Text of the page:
13 Ways to Eat a Fly
Sue Heavenrich, author
Sue Heavenrich has eaten flies—small ones, and mostly by accident. She has also done research on ants, bees, and spiders and taught cockroaches how to run mazes. After earning her MS in biology and teaching high-school science, Sue began writing about science and nature in magazines, newspapers, and blogs. She is the author of several books, including Diet for a Changing Planet: Food for Thought, a book for teens about how to save the world by eating bugs, weeds, and invasive species.
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David Clark, illustrator
David Clark is the illustrator of many books for children, including Never Insult a Killer Zucchini, What's for Dinner? Quirky, Squirmy Poems from the Animal World and the Just Like Us! series. He is also the illustrator and co-creator of the syndicated comic strip Barney & Clyde.
Read more about David.
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Guess who’s coming to dinner? Well stocked with easy-to-digest facts, from nature notes (“The frog closes its eyes and swallows, using its eyeballs to push the fly down its throat”) to the taxonomic names of the 13 different kinds of flies that Clark renders with distinguishing details (and deservedly anxious expressions) in his cartoon illustrations, this disquisition on flies as food will draw swarms of young readers. Following a countdown entrée in which the said baker’s dozen are, one by one, gobbled up by predators ranging from birds, bats, and a fly-eating fungus to an unwary skateboarder (gross but, claims Heavenrich, “harmless”), subsequent courses dish up observations on the insect’s importance as a food source, its real potential as a food additive, its nutritional content (with a table modeled after the one printed on cereal boxes), and a labeled chart of fly body parts, from the “soft and chewy” abdomen to antennae (“high in fiber”). Budding STEM-winders especially will relish meaty closing lists of print and web resources. Amplify the buzz by pairing this biological bounty with Brigit Heos’ introduction to another segment of the life cycle, What to Expect When You’re Expecting Larvae, illustrated by Stéphane Jorisch.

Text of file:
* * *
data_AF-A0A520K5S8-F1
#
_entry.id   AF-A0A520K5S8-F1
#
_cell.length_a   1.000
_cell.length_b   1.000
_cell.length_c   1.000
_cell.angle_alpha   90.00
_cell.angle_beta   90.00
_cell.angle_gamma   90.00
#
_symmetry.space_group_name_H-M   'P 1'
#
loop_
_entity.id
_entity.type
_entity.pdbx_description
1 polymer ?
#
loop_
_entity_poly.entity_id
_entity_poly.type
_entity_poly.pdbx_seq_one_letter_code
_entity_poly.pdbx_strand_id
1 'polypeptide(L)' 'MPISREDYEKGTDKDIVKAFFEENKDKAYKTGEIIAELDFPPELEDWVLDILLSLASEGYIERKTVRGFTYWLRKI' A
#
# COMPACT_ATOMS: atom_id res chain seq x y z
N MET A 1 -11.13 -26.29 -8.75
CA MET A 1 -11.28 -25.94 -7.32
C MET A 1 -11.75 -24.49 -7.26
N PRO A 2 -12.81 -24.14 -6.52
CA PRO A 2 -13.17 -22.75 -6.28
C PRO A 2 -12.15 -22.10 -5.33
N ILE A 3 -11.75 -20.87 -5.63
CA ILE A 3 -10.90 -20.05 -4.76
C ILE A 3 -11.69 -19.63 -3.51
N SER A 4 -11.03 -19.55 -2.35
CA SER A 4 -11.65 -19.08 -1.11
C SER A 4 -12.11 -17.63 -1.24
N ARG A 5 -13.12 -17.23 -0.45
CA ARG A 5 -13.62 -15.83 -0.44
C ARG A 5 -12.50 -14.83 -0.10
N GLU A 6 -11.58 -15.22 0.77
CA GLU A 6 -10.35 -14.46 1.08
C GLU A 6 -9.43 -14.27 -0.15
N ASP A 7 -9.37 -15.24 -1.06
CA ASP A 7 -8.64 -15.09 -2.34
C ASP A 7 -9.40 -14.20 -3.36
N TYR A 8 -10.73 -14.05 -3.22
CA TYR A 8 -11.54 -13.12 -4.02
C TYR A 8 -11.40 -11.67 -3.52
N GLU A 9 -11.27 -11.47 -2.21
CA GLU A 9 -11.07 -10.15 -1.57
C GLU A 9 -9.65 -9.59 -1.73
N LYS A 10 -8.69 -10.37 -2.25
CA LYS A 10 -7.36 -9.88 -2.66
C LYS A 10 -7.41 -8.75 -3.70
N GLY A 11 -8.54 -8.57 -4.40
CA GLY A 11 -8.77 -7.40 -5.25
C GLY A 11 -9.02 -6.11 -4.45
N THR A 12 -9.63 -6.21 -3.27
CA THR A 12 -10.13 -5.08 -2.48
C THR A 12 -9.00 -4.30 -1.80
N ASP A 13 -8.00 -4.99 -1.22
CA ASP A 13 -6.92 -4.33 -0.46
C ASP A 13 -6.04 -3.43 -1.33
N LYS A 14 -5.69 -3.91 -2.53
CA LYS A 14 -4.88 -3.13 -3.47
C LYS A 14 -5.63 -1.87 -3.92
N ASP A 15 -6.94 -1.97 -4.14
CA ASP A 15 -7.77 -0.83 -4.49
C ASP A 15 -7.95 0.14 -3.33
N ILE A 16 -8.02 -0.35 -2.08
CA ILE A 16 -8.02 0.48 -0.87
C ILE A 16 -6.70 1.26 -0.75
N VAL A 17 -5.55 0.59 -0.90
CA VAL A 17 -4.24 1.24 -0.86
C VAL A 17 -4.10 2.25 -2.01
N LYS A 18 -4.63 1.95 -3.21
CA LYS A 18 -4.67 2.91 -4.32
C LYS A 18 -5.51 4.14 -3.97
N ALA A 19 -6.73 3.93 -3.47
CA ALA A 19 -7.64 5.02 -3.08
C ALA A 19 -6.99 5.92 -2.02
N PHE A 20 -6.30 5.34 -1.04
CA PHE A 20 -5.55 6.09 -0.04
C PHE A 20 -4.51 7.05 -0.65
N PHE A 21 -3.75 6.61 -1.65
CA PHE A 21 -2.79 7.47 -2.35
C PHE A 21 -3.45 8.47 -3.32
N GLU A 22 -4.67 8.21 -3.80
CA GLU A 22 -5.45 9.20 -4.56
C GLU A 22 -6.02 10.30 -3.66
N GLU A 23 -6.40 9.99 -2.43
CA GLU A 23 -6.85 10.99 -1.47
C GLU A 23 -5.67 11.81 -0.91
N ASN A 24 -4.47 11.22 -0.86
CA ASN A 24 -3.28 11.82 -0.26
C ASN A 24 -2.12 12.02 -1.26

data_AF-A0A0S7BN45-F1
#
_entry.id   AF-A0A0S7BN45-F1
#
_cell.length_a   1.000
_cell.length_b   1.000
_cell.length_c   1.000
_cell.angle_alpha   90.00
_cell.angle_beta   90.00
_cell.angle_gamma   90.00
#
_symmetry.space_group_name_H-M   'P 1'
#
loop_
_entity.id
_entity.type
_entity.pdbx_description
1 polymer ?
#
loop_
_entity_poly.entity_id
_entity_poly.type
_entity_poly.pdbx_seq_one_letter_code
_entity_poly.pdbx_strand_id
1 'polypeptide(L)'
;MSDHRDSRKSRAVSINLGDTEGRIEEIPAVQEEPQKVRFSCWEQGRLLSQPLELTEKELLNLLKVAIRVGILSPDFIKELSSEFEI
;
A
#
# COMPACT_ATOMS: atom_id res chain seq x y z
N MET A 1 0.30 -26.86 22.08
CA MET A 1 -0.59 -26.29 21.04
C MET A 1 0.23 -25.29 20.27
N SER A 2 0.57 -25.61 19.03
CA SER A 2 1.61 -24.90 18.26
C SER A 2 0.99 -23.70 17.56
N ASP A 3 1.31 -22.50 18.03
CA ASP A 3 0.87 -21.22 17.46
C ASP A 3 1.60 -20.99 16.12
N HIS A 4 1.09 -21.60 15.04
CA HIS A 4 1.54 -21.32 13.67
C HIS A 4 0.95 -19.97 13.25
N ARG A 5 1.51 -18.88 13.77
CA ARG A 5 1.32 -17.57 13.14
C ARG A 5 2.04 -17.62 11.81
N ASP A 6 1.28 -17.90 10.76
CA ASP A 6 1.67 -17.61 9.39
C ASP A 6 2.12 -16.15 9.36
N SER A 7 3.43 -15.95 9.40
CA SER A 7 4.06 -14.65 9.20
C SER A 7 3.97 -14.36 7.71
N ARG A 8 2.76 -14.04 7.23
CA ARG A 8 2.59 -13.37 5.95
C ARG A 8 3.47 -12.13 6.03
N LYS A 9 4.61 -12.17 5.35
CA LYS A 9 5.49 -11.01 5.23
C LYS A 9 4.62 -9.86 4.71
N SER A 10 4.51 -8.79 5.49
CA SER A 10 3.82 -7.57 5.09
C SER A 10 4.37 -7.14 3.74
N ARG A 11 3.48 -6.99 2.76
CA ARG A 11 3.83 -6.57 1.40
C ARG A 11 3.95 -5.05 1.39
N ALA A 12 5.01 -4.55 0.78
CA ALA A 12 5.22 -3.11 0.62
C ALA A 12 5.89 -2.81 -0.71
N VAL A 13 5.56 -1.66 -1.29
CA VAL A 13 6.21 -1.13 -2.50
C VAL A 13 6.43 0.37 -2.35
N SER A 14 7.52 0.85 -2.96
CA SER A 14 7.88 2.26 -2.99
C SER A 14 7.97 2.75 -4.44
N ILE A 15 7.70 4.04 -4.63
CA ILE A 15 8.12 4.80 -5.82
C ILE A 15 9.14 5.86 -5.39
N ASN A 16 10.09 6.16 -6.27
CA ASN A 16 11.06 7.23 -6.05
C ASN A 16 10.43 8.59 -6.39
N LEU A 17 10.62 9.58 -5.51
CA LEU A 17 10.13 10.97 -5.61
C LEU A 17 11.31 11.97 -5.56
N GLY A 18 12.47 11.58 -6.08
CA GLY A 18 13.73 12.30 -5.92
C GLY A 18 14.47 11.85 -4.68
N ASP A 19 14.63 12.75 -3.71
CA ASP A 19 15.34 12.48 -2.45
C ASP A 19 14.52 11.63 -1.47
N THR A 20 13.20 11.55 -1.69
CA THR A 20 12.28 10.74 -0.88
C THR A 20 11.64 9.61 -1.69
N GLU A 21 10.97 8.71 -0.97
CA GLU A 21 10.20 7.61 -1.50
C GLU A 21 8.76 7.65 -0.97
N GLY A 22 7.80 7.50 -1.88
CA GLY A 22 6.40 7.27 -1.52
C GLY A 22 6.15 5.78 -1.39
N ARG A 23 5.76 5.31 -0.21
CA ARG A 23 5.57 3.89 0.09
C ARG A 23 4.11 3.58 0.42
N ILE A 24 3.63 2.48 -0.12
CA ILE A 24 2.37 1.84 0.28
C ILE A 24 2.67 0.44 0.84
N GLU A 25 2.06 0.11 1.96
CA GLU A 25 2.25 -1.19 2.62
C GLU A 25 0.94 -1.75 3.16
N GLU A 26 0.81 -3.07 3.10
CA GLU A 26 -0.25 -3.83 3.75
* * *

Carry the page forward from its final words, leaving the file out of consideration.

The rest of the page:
School Library JournalThirteen short, rhyming answers are given to this question: How do birds, fish, mammals, and insects capture and eat flies? Some of these feeding methods are described as “zapped,” “wrapped,” and “underground.” Each of these tactics is explained in a descriptive paragraph of two or three sentences that centers on a specific animal and how it eats flies. For example, a garden spider captures a fly in its web, injects its prey with poison, and then wraps it in silk so that it resembles a burrito. Each paragraph is accompanied by a large illustration or two. These colorful illustrations are clear, but often humorously exaggerated. The text concludes that flies are a major food source for many animals. Educators could use this book for multiple lessons. The rhyming “ways” to eat a fly could be adopted for choral reading, with some of the factual information also included. Children could discuss how different animals capture and eat flies as food. VERDICT A lighthearted nonfiction picture book that could easily be used with young children in different ways.
ISBN: 978-1- EPUB
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Page count: 32
11 x 8.5